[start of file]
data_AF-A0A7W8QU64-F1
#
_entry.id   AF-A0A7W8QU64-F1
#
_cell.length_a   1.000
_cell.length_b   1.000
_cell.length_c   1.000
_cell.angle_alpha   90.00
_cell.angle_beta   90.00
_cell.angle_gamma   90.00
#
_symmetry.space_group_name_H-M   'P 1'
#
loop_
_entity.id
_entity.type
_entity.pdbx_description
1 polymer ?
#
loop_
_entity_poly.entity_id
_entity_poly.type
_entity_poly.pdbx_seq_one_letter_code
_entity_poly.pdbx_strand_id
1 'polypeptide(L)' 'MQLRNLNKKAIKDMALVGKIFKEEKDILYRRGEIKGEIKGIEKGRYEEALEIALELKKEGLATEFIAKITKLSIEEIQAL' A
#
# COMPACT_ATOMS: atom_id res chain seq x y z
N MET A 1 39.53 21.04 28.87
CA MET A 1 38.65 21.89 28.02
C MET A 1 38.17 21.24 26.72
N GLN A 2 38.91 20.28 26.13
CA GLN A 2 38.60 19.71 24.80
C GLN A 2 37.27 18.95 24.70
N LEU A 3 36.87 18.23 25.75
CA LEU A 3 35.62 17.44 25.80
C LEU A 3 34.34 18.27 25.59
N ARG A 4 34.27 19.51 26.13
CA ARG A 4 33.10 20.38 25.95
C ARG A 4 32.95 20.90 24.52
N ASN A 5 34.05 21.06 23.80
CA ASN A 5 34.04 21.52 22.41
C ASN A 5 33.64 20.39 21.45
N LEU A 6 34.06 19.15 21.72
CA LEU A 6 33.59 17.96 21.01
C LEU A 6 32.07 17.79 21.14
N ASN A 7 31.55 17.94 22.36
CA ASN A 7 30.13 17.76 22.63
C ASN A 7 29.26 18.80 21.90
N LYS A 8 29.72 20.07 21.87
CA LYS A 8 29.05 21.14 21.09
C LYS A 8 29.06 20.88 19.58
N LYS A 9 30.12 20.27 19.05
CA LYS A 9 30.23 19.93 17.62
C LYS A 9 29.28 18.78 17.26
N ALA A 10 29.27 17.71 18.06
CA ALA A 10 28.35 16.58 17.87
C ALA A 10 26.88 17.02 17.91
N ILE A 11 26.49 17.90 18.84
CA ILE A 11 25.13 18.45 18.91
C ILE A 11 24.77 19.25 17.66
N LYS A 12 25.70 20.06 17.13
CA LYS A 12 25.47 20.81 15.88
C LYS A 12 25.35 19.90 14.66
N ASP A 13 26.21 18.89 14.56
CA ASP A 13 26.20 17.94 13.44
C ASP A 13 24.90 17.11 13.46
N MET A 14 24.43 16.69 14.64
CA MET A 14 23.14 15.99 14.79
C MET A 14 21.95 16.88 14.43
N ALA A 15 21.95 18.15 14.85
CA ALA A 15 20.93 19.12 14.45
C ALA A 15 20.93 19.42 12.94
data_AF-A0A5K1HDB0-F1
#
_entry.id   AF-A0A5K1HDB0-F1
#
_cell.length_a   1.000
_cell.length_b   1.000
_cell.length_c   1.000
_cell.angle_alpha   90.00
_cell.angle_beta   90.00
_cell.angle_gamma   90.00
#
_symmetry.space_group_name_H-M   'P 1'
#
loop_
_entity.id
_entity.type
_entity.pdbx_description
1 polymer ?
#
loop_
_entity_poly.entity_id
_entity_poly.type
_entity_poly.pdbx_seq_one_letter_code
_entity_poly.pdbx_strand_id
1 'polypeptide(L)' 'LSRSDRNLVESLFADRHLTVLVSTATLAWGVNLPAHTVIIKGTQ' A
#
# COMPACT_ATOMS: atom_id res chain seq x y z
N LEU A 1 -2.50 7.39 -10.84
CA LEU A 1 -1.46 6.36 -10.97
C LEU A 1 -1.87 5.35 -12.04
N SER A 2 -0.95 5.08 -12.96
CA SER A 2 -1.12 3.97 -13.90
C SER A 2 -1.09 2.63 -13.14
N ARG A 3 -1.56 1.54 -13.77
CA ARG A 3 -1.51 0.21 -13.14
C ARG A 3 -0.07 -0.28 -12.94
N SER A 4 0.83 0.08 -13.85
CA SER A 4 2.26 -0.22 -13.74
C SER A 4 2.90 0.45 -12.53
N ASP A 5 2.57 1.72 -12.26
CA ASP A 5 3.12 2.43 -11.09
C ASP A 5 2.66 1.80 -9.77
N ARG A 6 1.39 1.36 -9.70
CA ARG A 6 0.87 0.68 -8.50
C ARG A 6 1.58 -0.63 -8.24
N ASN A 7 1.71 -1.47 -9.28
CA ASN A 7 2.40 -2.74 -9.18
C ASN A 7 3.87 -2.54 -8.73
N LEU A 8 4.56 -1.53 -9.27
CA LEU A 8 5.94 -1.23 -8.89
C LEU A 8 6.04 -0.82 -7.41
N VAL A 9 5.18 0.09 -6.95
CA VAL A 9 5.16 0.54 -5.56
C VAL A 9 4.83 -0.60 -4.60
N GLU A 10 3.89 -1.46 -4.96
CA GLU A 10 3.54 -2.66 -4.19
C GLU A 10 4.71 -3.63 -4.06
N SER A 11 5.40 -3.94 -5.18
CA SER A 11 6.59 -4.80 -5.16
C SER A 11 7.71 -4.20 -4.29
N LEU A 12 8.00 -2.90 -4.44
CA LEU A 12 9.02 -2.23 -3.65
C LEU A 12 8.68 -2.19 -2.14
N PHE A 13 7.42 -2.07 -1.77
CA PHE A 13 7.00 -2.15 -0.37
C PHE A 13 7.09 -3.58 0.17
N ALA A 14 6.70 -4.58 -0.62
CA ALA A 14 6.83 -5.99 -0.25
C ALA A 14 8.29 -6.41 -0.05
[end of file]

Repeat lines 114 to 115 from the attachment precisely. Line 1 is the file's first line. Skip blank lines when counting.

C ASP A 5 2.66 1.80 -9.77
N ARG A 6 1.39 1.36 -9.70